Often referred to as “samurai swords”, katanas are perhaps the most famous bladed weapon to ever exist. As the primary weapon used by members of the Japanese warrior class, katanas are characterized by their curved blades, and exquisite craftsmanship. Although today they are mainly only used symbolically and in certain martial arts competitions, they’re still highly regarded as the weapon of a master. Here are a few things you might not know about them.
10. How the Katana Evolved
The first samurai used straight blades that were imported from China and Korea. The iconic curved blade was only developed when the samurai began fighting on horseback more often. Having a curved blade made the sword a weapon much better suited for slashing and stabbing while mounted. However, the straight bladed version of the katana continued to be widely used by another type of legendary Japanese combatant — the ninja.
9. Katanas Were Considered to be an Extension of the Samurai’s Soul
There was once a time when katanas could only be carried by samurai warriors in Japan. They were very much a status symbol and anyone in a lower class that was caught carrying one was immediately put to death. To the samurai, the swords were sacred and only to be used when absolutely necessary.
Traditionally, the samurai would name their swords because they were considered to be extensions of their soul. Should a samurai ever lose their honor, its their katana or wakizashi that’s supposed to end their life in a ritualized suicide known a seppuku.
8. Making a Katana is a Spiritual Undertaking
Long ago, swordsmiths enjoyed a much higher degree of respect and recognition than other tradespeople. There have even emperors who have taken it upon themselves to learn the fine technique of blade forging. But making a Katana was more than just the crafting of a fine piece of steel, it was a religious ceremony.
Before beginning, a swordsmith would purify himself according to Shinto rites. This would involve fasting, abstaining from sex, and sometimes even going on a pilgrimage. Once ready to begin forging, the smith would mark off his work area with a sacred rope and don the robe of a Shinto priest. To maintain the purification rites throughout the entire creation process, each day the smith would stand under a waterfall and recite prayers. If no waterfall was available, he would pour a fixed number of buckets of cold water over himself. These purification rites were performed throughout the entire sword making process, which could sometime last several months. There are even some stories of legendary sword makers who were assisted by divine beings when forging a katana.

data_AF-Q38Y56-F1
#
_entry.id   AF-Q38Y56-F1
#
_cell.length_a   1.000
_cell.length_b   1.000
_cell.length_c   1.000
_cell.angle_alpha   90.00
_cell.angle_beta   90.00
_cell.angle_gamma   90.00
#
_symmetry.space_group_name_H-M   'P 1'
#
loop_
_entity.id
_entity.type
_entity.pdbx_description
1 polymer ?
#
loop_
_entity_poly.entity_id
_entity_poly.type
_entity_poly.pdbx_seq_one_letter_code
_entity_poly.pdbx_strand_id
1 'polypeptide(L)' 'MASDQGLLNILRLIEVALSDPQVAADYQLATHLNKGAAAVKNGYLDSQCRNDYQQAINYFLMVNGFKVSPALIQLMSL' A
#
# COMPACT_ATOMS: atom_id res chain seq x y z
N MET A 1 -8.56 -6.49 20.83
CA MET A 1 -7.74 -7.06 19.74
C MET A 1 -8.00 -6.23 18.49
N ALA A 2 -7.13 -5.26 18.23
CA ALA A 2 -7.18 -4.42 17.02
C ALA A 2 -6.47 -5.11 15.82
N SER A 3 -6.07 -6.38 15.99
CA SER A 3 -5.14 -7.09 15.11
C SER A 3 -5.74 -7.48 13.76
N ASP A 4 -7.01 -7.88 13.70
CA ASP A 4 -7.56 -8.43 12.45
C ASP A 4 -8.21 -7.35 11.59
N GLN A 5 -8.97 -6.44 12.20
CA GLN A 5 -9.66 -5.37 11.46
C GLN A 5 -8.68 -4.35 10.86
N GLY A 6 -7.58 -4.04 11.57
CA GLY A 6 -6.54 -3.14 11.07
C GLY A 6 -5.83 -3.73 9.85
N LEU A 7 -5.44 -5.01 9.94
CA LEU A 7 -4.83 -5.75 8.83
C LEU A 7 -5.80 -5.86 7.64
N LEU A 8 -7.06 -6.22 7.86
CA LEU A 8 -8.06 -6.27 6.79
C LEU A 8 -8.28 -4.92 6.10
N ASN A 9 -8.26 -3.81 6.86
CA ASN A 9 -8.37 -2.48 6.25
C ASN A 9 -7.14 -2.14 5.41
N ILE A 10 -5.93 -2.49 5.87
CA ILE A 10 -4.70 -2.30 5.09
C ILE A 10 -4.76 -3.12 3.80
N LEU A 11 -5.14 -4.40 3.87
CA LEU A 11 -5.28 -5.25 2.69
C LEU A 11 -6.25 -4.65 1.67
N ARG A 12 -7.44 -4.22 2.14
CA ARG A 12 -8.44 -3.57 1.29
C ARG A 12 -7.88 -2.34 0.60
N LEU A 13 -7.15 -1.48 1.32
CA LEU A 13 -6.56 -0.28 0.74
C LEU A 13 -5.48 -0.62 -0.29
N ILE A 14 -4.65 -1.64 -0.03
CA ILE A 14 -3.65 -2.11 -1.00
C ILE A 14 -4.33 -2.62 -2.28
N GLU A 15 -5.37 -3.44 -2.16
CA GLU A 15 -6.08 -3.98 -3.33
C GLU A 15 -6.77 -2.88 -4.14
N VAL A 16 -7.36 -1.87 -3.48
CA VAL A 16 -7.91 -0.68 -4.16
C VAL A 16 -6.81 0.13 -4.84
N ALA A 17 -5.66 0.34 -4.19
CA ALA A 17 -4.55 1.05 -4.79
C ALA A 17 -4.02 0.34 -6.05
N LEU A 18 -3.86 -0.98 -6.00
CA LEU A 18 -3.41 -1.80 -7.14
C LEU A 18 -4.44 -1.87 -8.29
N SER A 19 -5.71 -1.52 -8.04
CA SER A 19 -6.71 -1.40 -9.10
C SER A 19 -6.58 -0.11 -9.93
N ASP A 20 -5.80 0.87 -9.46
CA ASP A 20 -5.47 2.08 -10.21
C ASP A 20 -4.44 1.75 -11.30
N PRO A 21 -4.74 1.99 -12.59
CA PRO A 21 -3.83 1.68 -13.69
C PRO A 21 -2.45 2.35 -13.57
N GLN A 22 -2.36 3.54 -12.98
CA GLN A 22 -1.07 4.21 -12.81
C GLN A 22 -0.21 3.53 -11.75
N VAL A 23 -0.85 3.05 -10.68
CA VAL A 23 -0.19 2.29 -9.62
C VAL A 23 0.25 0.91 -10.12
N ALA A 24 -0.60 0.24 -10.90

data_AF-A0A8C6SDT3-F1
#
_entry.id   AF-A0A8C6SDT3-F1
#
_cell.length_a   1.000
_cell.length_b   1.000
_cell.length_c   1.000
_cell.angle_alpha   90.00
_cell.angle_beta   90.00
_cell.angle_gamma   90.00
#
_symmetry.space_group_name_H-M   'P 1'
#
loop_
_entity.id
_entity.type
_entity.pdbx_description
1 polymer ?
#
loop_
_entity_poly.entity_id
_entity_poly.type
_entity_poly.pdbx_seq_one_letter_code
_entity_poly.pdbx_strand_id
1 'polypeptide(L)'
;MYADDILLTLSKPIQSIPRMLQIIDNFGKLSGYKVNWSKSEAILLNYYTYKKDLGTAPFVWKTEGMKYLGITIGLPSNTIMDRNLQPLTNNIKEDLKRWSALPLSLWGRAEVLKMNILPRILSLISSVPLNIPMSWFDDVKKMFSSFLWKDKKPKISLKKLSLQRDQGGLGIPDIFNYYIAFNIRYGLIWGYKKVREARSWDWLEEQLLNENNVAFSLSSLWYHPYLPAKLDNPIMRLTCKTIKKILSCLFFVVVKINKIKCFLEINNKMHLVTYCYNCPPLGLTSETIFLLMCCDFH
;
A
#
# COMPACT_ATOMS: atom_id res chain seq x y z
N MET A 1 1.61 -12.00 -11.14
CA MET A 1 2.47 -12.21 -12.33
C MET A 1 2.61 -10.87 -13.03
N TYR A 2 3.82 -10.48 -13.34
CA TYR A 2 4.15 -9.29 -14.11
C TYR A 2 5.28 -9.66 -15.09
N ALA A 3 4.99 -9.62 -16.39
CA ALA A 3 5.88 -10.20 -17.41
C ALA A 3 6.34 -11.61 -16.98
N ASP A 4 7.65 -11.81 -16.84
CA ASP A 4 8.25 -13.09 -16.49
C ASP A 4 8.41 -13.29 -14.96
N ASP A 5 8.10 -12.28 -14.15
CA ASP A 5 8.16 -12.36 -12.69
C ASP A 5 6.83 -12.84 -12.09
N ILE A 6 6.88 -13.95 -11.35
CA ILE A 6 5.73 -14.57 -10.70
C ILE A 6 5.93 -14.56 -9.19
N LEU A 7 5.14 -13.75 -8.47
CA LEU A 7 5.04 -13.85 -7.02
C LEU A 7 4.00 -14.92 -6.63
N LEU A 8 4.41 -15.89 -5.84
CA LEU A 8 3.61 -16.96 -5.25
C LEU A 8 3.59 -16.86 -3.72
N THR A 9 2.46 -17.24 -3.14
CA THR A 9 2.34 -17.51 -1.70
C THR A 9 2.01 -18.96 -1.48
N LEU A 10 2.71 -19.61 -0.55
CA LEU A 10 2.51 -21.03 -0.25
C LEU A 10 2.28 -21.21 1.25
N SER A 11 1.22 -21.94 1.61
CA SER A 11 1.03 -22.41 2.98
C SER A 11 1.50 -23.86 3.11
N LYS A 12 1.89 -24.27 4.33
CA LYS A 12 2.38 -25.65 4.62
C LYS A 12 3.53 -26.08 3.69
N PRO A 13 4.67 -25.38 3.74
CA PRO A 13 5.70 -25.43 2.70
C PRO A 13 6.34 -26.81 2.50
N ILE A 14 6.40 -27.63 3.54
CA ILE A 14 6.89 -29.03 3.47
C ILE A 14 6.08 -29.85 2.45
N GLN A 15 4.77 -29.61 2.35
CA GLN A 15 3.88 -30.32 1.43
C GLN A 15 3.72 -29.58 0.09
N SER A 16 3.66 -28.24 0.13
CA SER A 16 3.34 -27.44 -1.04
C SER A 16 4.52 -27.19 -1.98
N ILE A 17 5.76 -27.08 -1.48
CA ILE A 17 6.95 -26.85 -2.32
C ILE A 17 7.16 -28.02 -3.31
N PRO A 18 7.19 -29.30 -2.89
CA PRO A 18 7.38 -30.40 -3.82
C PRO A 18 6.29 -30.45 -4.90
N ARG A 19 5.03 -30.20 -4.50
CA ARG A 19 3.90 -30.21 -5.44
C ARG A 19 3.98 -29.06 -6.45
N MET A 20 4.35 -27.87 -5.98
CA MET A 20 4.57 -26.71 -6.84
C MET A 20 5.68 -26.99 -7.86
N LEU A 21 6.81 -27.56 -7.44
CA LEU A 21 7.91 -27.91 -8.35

7. A Katana’s Value isn’t Entirely Derived From the Blade
While the blade is certainly the most important part of the sword, other parts of the sword also have a big part in determining its value. For many collectors, the most significant part of a katana is the tsuba (the decorative hand guard) which can, in some cases, prove just as valuable as the blade. Mounts, scabbards, and other ornamental decoration would all have to be made by different craftsmen and the combined quality of their work is what gives the sword its value. Even a damaged sword by a famous swordsmith is worth more than a freshly forged blade of lesser quality. And blades made by the most recognized and elite swordsmiths are regarded as priceless national treasures in Japan.
6. The Sword Polisher Plays an Integral Role
Without proper polishing, the true quality of a katana would never be revealed. All the aspects that appraisers look for, such as the steel’s grain and temper line, are only noticeable after a master polisher brings them out in a process that can take longer than the actual forging of the blade.
Using a variety of stones, the polisher works the steel and brings out the brilliant shine that transforms the Katana into a true work of art. Sword polishing isn’t as simple as rubbing some rocks on metal though. The high degree of skill required to bring out a blade’s luster is often only acquired after completing a five year apprecticeship, which is exactly what’s necessary in order to become certified sword polisher. And when you consider that an improper polishing job could ruin a potentially priceless sword, it makes perfect sense that a certain degree of mastery should be involved.
5. Originally, Katanas Weren’t a Samurai’s Primary Weapon
In the days of the early samurai, Japanese warriors primarily used bows and arrows when they went into battle. And if they ran out of arrows, the samurai’s next weapon would be a type of polearm which still afforded them a longer attack range than the typical spear. It wasn’t until much later that the samurai moved away from archery and began focusing on their role as mounted sword-wielding combatants.